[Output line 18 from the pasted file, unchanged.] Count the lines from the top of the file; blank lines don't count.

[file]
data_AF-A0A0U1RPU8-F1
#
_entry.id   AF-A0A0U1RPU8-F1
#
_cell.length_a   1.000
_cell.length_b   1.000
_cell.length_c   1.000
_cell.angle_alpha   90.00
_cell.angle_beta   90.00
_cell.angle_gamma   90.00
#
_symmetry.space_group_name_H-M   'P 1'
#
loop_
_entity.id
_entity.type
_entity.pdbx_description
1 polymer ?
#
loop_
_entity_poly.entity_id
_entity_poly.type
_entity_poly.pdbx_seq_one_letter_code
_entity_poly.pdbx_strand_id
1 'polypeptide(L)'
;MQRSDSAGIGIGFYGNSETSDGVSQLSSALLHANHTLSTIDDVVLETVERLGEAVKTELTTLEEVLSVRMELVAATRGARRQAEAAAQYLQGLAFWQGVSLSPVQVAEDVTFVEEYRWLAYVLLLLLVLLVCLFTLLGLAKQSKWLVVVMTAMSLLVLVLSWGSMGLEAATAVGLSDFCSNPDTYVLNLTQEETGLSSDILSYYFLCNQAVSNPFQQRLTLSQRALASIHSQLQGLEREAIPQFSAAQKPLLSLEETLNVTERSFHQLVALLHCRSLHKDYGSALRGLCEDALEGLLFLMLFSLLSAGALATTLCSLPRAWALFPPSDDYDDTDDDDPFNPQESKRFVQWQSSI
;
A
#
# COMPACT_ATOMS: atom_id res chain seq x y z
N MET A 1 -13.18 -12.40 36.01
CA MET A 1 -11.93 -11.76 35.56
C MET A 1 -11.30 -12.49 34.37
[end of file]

1 polymer ?